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Different Types of EKGs

Learn about various EKG tests

Medical assistants and other healthcare professionals, like practical nurses and physicians know how to complete vital clinical tasks. They are trained to administer electrocardiograms or EKGs. EKGs, also sometimes called ECGs, are tests that inspect for abnormalities within the electrical activity of a patients’ heart.

An EKG may be performed on a patient when doctors needs to analyze a patient due to a possible heart attack, heart problems, or any unexplained chest pain or pressure. The EKG helps a physician determine what happened to the heart or respiratory system, the heart muscles involved, how much damage was done, if there are irregular rhythms or heartbeats, low oxygen or blood levels, or if  a patient needs to be prepared for surgery. Healthcare professionals who can administer these tests view the electrical activity as lines and waves.

Did you know that there are different types of EKGs? Let’s explore some of the different types below so you can get a better idea of what each type helps determine for a patients’ health status.

Cardiopulmonary exercise test (CPET): The CPET test allows some healthcare professionals to evaluate the cardiopulmonary system, or the heart and lungs. The test records electrical activity within to determine heart rate and rhythm. A set of 10 electrodes is placed on a patient’s arms, legs, or lower torso and near the chest wall. The test is non-invasive, meaning it doesn’t require surgery and it is painless for patients. The test can be completed in about 5 minutes.

Resting 12-lead EKG: This EKG requires healthcare professionals to stick 10 electrodes to the chest, wrists, and ankles of a patient. An electronic machine records the heart’s electrical activity from 12 different perspectives and is completed within 10 minutes. This is often the most common diagnostic test ordered by a provider to help measures the heart’s response to stress.

Exercise EKG (stress test): During an exercise EKG test, electrodes are hooked up to the patient to see how the heart changes while they exercise. Abnormalities in the heart’s function can sometimes only be found when the patient works out and while there are symptoms. During the test, the patient might walk on a treadmill or pedal a stationary bike. Beforehand, a resting EKG is given to determine if there are any significant problems in the heart that could occur when exercising. An exercise EKG can help a physician decide what treatment suits a patient with angina, how well patients can tolerate exercise after a heart attack or heart surgery, or it may help find symptoms that occur during exercise or physical activity. Physicians may administer an exercise EKG if they want to determine how certain heart medication is working, check for blockages or narrowing arteries, or help make decisions about an exercise program to stabilize a patients’ health.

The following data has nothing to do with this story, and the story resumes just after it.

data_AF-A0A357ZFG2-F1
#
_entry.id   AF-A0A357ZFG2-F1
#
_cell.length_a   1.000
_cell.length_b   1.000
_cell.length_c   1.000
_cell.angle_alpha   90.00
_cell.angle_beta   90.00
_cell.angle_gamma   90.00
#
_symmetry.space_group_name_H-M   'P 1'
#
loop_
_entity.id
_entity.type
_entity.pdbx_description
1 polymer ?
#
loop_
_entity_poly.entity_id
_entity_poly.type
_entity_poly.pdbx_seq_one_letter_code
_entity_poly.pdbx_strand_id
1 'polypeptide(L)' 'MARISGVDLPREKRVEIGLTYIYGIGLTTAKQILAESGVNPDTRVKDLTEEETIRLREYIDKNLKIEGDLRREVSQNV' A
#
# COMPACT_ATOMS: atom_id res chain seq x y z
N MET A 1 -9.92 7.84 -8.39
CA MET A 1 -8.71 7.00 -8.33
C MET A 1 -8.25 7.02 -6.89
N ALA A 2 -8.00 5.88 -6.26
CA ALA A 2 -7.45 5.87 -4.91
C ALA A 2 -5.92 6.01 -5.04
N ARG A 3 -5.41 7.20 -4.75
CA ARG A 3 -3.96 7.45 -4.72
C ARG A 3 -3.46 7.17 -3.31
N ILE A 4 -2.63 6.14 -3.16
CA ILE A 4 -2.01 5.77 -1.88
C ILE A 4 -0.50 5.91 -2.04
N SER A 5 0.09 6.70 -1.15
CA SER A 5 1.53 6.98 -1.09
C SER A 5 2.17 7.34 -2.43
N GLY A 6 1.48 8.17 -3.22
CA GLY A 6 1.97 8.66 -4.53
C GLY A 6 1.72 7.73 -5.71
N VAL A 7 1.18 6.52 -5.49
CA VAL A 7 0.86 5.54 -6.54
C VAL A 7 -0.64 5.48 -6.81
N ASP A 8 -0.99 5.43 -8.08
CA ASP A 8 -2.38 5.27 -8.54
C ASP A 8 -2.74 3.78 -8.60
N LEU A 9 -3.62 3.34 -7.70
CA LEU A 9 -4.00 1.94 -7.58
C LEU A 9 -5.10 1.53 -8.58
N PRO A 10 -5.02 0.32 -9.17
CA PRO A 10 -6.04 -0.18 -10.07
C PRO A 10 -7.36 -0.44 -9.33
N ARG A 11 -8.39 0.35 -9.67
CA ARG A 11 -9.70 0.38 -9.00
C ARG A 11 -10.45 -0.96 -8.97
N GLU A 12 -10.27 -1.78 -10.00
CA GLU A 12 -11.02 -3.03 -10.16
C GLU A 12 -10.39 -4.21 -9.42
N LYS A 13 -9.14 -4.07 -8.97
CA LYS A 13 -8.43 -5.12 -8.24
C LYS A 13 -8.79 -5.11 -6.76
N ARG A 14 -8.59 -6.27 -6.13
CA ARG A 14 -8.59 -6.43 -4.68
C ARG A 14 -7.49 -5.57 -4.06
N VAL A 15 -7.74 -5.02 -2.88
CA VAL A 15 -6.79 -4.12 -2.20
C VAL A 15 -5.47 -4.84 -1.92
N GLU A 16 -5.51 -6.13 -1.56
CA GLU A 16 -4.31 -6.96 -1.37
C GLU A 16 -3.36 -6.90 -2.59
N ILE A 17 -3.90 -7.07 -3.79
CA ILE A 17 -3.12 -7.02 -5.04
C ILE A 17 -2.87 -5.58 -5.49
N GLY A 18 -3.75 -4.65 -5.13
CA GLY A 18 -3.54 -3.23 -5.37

Holter monitor: This test requires the patient to wear a small device that tracks heart rhythm. A healthcare provider may ask patients to wear the monitor for 24 to 48 hours so the device can record the fluctuations and patterns in their heartbeats. These tests may be required as follow-up after a regular resting cardiograph if it doesn’t give enough information about the heart’s condition. Wireless Holter monitors can record your heart rhythm for problems over several weeks’ time.

Signal-averaged electrocardiogram: This version is a more-detailed type of EKG. For 20 minutes, multiple EKG tracings are recorded to evaluate hundreds of cardiac cycles to help detect abnormalities and an increased risk of cardiac arrhythmias. This type of EKG is better at detecting more subtle abnormalities. A computer reads the electrical signals from the heart and determines an average so the doctor can assess how well the heart’s system is functioning.

If you enroll in medical assistant school, you can also learn how to administer and perform an EKG. This clinical task is an essential part of becoming a skilled healthcare professional. Why not help out others who need assistance? A career in healthcare could be a fulfilling one when you know you’re helping to improve the lives of others!

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Branford Hall Career Institute features a medical assistant training program at our campuses in Albany, Amityville, Bohemia, NY; Branford, Southington, Windsor, CT; Springfield, MA; and Jersey City, North Brunswick, and Parsippany, NJ. Want to learn more about our career training programs? Contact Branford today to learn more.